Response to "Letter from Birmingham Jail"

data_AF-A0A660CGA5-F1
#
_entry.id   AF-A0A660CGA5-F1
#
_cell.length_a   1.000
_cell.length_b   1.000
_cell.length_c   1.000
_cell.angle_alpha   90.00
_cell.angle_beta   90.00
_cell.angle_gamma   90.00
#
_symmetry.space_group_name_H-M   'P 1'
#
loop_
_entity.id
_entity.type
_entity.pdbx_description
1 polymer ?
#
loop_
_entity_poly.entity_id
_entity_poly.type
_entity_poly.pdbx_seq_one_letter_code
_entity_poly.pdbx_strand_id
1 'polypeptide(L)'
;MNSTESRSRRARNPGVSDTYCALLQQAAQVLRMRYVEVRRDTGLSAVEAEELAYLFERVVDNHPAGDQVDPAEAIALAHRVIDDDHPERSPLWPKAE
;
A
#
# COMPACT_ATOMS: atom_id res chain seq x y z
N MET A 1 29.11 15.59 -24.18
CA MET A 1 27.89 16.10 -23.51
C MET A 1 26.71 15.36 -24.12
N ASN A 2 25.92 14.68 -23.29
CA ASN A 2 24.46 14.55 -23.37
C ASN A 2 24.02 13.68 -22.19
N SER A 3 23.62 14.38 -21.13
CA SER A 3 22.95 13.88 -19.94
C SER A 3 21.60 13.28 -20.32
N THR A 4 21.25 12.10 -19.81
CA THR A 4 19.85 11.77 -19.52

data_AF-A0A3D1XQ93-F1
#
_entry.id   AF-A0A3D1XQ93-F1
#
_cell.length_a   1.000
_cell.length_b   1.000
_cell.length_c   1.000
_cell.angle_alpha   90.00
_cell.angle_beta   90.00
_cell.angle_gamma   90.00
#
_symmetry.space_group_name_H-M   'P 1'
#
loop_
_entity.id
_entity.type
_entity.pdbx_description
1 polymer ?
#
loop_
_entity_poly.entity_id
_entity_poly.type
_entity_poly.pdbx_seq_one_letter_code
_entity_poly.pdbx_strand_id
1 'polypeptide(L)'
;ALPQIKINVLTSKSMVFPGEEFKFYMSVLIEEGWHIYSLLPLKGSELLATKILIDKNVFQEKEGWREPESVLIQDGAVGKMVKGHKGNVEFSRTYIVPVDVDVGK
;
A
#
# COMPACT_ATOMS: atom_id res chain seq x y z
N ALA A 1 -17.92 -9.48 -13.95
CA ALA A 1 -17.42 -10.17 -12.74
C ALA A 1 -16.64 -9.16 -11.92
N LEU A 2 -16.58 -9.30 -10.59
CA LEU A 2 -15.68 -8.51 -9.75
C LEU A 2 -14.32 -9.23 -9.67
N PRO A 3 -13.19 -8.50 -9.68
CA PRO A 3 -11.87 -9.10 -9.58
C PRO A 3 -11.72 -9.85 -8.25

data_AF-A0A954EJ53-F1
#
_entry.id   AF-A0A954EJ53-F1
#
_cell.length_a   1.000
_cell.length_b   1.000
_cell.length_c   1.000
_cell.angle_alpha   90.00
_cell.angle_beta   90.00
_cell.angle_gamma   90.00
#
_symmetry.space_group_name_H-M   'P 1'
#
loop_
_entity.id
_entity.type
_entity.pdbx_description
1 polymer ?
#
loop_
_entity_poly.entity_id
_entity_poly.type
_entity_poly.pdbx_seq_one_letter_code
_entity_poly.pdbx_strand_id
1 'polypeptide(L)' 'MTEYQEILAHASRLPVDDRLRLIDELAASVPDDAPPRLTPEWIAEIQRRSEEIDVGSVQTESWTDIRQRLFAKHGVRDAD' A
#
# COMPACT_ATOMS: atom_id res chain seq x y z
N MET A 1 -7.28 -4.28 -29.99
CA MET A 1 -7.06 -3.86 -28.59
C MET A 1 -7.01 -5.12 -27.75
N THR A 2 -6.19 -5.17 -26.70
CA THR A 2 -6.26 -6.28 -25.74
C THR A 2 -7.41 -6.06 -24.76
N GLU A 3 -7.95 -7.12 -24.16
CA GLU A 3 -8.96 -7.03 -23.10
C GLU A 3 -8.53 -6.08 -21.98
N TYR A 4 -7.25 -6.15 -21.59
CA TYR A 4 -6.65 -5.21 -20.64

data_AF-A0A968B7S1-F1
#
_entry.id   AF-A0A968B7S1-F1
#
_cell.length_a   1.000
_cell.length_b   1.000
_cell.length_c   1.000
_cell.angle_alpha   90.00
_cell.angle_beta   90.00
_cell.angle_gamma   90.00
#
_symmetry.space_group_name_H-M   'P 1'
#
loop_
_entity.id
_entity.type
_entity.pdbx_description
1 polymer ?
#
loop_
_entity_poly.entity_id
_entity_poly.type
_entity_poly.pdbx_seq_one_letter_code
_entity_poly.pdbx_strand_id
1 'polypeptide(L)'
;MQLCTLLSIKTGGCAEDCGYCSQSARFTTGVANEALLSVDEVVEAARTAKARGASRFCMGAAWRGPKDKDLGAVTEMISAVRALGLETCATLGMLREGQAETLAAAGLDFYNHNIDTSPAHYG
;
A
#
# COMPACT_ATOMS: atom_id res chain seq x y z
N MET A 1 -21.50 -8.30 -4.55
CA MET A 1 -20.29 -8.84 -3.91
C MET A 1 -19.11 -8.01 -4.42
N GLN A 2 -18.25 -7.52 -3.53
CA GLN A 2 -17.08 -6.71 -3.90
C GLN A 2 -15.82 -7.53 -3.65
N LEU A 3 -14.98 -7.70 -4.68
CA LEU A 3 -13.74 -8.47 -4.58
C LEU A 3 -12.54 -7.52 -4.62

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Response to “Letter from Birmingham Jail” Reverend Martin Luther King Jr. has always been regarded as a profound historical figure, yet many fail to comprehend the magnitude of his influential impact on our world today. In fact, it is common for people to think of him only on the national holiday dedicated to his memory. His life and untimely death should always serve as a reminder of something many individuals take for granted: their personal freedom. King’s “Letter from Birmingham Jail”, is written as a response to criticism that called his actions “unwise and untimely” (741); the powerful emotional and religious language he uses in this response are utimately the most convincing persuasive elements of the letter. One of King’s most effective writing techniques is drawing comparisons from past historical leaders to himself and his current cause. For example, on the topic of spreading knowledge of injustices committed through segregation, King states that, “Just as the prophets of eighth century B.C left their villages . . . and just as the Apostle Paul left his village . . . and carried the gospel of Jesus Christ to the far corners of the Greco-Roman world, so am I compelled to carry the gospel of freedom beyond my hometown” (742). In this way, the Reverend places his mission of preaching freedom alongside the efforts of the prophets of old in terms of importance, and thus invites the reader to reflect upon the noble task he is undertaking. Because religion is so widely regarded as a sacred concept that should never be challenged, King’s comparison of religion to freedom is highly effective in convincing the reader that injustices committed upon a person’s freedom are not to be tolerated. King also covers the need for a more secular point of view by creating parallels between himself and Socrates, stating, “Just as Socrates felt that it was necessary to create

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